Wednesday, July 29, 2015

Nobody Knows How Much Bonds Cost - Bloomberg View

Nobody Knows How Much Bonds Cost - Bloomberg View shows the role of intermediation:



"And it probably is. It's just that the latter skill set is better for figuring out what bonds do cost. Dealers have lots of information about order flow, market sentiment, which customers want to buy and sell which bonds, etc. They are good at price. Investors have lots of information about companies and credit and economic fundamentals. They are good at value. When they think the price is out of line with value, they trade. If they don't know the price, then they don't know how out of line it is with value, and they don't trade. "


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Tuesday, July 28, 2015

printing - "Print it later" software - Ask Ubuntu

printing - "Print it later" software - Ask Ubuntu: "Sometimes when I'm working on my laptop, I want to queue up a few documents to print later, since I'm not connected to a printer at the time."



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Wednesday, July 15, 2015

git ready » get a file from a specific revision

git ready » get a file from a specific revision: "Enter git show, which is an awesome tool for this job. This command is quite versatile and deserves several tips on what it can do, but let’s stick to the task at hand: we want to pull a file’s contents out from a specific revision. Usually the command would be done like so"



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git ready » get a file from a specific revision

git ready » get a file from a specific revision: "Enter git show, which is an awesome tool for this job. This command is quite versatile and deserves several tips on what it can do, but let’s stick to the task at hand: we want to pull a file’s contents out from a specific revision. Usually the command would be done like so"



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How to make a graph of heteroskedasticity with TikZ/PGF? - TeX - LaTeX Stack Exchange

How to make a graph of heteroskedasticity with TikZ/PGF? - TeX - LaTeX Stack Exchange: "This graphic is a typical representation of the problem of heteroskedasticity in a model of linear regression. If someone could guide me on how to do with tikz , I would be very grateful."



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Tuesday, July 14, 2015

The Bloomberg terminal: clunky, costly, addictive, ubiquitous — FT.com

The Bloomberg terminal: clunky, costly, addictive, ubiquitous — FT.com: "Moreover, rival data providers such as Thomson Reuters and Dow Jones are attempting to chip away at its incumbent advantage in instant messaging. Even banks are unhappy about shelling out small fortunes for what some wags say is a glorified chatroom, and are spooked by Bloomberg’s dominance."



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Monday, June 29, 2015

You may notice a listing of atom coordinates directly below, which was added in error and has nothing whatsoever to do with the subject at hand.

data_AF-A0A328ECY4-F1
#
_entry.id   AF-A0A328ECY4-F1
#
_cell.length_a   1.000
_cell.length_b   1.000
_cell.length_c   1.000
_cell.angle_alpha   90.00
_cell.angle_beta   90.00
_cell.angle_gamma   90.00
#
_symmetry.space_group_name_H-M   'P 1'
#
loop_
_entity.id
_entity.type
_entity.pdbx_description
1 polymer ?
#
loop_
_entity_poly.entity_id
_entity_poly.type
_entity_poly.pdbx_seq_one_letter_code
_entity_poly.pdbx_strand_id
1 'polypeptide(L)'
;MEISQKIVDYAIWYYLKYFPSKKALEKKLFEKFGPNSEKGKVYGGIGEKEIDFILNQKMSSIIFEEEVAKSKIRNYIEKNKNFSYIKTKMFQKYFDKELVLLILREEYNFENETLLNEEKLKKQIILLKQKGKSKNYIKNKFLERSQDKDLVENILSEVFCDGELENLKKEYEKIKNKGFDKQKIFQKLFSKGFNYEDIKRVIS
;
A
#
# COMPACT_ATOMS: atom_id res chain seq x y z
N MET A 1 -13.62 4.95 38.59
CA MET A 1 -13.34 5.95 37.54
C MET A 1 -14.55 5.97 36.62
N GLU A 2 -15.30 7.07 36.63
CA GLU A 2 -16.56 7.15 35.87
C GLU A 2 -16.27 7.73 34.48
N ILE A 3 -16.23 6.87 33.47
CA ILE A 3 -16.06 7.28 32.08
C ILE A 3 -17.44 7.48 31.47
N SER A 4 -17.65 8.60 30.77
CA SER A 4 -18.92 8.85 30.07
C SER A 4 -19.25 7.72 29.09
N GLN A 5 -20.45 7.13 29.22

Standard Chartered: easily said — FT.com

Standard Chartered: easily said — FT.com:

"Bill Winters, new chief at Standard Chartered, has a clear mandate. Decide which of the bank’s businesses can produce high and sustainable risk-adjusted returns. Ensure there is enough good-quality capital to support them. Cull assets at the other businesses. Cut costs viciously. Play nice with regulators and politicians. Watch the stock price rise at last, and be seated to general applause."
As the FT points out, all the other banks are going through the same process.  If everyone leaves a field that is not currently profitable, this leaves an open market; if they all crowd into the currently profitable areas, the margins will shrink.

Sunday, June 14, 2015

Modeling market sentiment and pricing options by volume, open interest

Modeling market sentiment and pricing options by volume, open interest - Quantitative Finance Stack Exchange:

"Are there any empirically-proven methods/formulas for weighting IV surfaces, pricing a discount/premium in an option, and/or adjusting any of the 1st- or 2nd-order Greeks for the magnitude (volume or dollar-volume basis traded) of activity in each option contract for a market?"


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Thursday, June 11, 2015

The envelope (theorem) please: Profits, efficiency wages, and monopsony | Arindrajit Dube

The envelope (theorem) please: Profits, efficiency wages, and monopsony | Arindrajit Dube: "As Krugman points out, this is logic of the “envelope theorem.” What I want to clarify in this post is that the logic behind this argument is more general than the particular efficiency wage model Krugman works through.  Any time firms are choosing wages to balance various concerns—as opposed to simply accepting a “market wage” as a constraint—the logic of the envelope theorem applies.  What’s more, two types of empirically relevant models of the labor market—monopsonistic competition and efficiency wages—look pretty similar in this regard, and can be thought of as special cases of a more general model."



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